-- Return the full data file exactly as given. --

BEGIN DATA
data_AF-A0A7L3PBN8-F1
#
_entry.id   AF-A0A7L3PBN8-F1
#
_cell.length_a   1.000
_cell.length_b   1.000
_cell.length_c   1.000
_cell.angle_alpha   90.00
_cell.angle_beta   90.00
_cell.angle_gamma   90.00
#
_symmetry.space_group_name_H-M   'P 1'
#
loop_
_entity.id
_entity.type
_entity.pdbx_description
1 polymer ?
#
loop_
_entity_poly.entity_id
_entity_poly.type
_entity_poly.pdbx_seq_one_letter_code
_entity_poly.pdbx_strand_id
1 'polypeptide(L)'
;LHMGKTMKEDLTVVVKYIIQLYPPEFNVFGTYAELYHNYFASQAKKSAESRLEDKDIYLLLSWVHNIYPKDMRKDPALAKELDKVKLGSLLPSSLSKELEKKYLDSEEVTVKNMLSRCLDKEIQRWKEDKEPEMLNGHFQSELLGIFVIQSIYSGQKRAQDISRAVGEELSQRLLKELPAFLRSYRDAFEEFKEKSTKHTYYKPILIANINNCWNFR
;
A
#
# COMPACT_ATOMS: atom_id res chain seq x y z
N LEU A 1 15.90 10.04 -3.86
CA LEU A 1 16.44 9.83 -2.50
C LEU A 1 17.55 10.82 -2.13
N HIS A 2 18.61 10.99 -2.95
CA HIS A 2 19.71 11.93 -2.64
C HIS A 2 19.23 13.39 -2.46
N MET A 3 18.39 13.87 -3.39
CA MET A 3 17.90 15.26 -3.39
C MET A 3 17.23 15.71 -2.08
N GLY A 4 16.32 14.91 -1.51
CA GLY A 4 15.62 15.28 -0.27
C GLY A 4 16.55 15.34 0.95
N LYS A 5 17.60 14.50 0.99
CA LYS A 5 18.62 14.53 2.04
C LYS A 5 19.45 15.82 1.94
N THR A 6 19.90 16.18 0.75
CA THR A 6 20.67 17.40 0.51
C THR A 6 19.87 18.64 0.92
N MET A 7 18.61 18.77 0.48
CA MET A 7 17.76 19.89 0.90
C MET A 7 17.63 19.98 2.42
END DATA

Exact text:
data_AF-A0A7L3PBN8-F1
#
_entry.id   AF-A0A7L3PBN8-F1
#
_cell.length_a   1.000
_cell.length_b   1.000
_cell.length_c   1.000
_cell.angle_alpha   90.00
_cell.angle_beta   90.00
_cell.angle_gamma   90.00
#
_symmetry.space_group_name_H-M   'P 1'
#
loop_
_entity.id
_entity.type
_entity.pdbx_description
1 polymer ?
#
loop_
_entity_poly.entity_id
_entity_poly.type
_entity_poly.pdbx_seq_one_letter_code
_entity_poly.pdbx_strand_id
1 'polypeptide(L)'
;LHMGKTMKEDLTVVVKYIIQLYPPEFNVFGTYAELYHNYFASQAKKSAESRLEDKDIYLLLSWVHNIYPKDMRKDPALAKELDKVKLGSLLPSSLSKELEKKYLDSEEVTVKNMLSRCLDKEIQRWKEDKEPEMLNGHFQSELLGIFVIQSIYSGQKRAQDISRAVGEELSQRLLKELPAFLRSYRDAFEEFKEKSTKHTYYKPILIANINNCWNFR
;
A
#
# COMPACT_ATOMS: atom_id res chain seq x y z
N LEU A 1 15.90 10.04 -3.86
CA LEU A 1 16.44 9.83 -2.50
C LEU A 1 17.55 10.82 -2.13
N HIS A 2 18.61 10.99 -2.95
CA HIS A 2 19.71 11.93 -2.64
C HIS A 2 19.23 13.39 -2.46
N MET A 3 18.39 13.87 -3.39
CA MET A 3 17.90 15.26 -3.39
C MET A 3 17.23 15.71 -2.08
N GLY A 4 16.32 14.91 -1.51
CA GLY A 4 15.62 15.28 -0.27
C GLY A 4 16.55 15.34 0.95
N LYS A 5 17.60 14.50 0.99
CA LYS A 5 18.62 14.53 2.04
C LYS A 5 19.45 15.82 1.94
N THR A 6 19.90 16.18 0.75
CA THR A 6 20.67 17.40 0.51
C THR A 6 19.87 18.64 0.92
N MET A 7 18.61 18.77 0.48
CA MET A 7 17.76 19.89 0.90
C MET A 7 17.63 19.98 2.42